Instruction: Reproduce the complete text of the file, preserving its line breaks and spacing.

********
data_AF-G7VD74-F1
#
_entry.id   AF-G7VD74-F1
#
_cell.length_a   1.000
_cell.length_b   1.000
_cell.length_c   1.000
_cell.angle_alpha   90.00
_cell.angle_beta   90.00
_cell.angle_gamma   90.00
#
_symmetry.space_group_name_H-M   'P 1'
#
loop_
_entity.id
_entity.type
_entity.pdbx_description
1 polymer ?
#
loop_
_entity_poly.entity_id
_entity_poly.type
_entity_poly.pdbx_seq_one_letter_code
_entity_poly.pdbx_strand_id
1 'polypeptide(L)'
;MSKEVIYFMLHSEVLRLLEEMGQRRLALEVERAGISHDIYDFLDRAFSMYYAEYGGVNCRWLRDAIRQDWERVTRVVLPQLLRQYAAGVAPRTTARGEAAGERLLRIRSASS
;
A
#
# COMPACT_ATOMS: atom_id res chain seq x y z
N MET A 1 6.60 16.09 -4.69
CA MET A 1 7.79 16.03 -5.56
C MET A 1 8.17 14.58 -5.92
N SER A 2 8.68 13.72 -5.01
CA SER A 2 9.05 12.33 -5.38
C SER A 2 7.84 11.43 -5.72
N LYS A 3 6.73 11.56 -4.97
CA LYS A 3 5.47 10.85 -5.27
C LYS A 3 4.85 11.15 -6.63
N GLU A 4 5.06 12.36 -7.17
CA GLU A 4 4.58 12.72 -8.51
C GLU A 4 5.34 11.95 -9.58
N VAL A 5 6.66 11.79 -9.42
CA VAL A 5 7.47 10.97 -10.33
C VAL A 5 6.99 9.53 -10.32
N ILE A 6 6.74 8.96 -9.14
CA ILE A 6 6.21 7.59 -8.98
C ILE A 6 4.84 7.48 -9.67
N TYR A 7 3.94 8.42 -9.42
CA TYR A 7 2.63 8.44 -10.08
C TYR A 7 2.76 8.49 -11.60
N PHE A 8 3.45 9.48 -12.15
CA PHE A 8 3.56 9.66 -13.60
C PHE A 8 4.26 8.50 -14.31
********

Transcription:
data_AF-G7VD74-F1
#
_entry.id   AF-G7VD74-F1
#
_cell.length_a   1.000
_cell.length_b   1.000
_cell.length_c   1.000
_cell.angle_alpha   90.00
_cell.angle_beta   90.00
_cell.angle_gamma   90.00
#
_symmetry.space_group_name_H-M   'P 1'
#
loop_
_entity.id
_entity.type
_entity.pdbx_description
1 polymer ?
#
loop_
_entity_poly.entity_id
_entity_poly.type
_entity_poly.pdbx_seq_one_letter_code
_entity_poly.pdbx_strand_id
1 'polypeptide(L)'
;MSKEVIYFMLHSEVLRLLEEMGQRRLALEVERAGISHDIYDFLDRAFSMYYAEYGGVNCRWLRDAIRQDWERVTRVVLPQLLRQYAAGVAPRTTARGEAAGERLLRIRSASS
;
A
#
# COMPACT_ATOMS: atom_id res chain seq x y z
N MET A 1 6.60 16.09 -4.69
CA MET A 1 7.79 16.03 -5.56
C MET A 1 8.17 14.58 -5.92
N SER A 2 8.68 13.72 -5.01
CA SER A 2 9.05 12.33 -5.38
C SER A 2 7.84 11.43 -5.72
N LYS A 3 6.73 11.56 -4.97
CA LYS A 3 5.47 10.85 -5.27
C LYS A 3 4.85 11.15 -6.63
N GLU A 4 5.06 12.36 -7.17
CA GLU A 4 4.58 12.72 -8.51
C GLU A 4 5.34 11.95 -9.58
N VAL A 5 6.66 11.79 -9.42
CA VAL A 5 7.47 10.97 -10.33
C VAL A 5 6.99 9.53 -10.32
N ILE A 6 6.74 8.96 -9.14
CA ILE A 6 6.21 7.59 -8.98
C ILE A 6 4.84 7.48 -9.67
N TYR A 7 3.94 8.42 -9.42
CA TYR A 7 2.63 8.44 -10.08
C TYR A 7 2.76 8.49 -11.60
N PHE A 8 3.45 9.48 -12.15
CA PHE A 8 3.56 9.66 -13.60
C PHE A 8 4.26 8.50 -14.31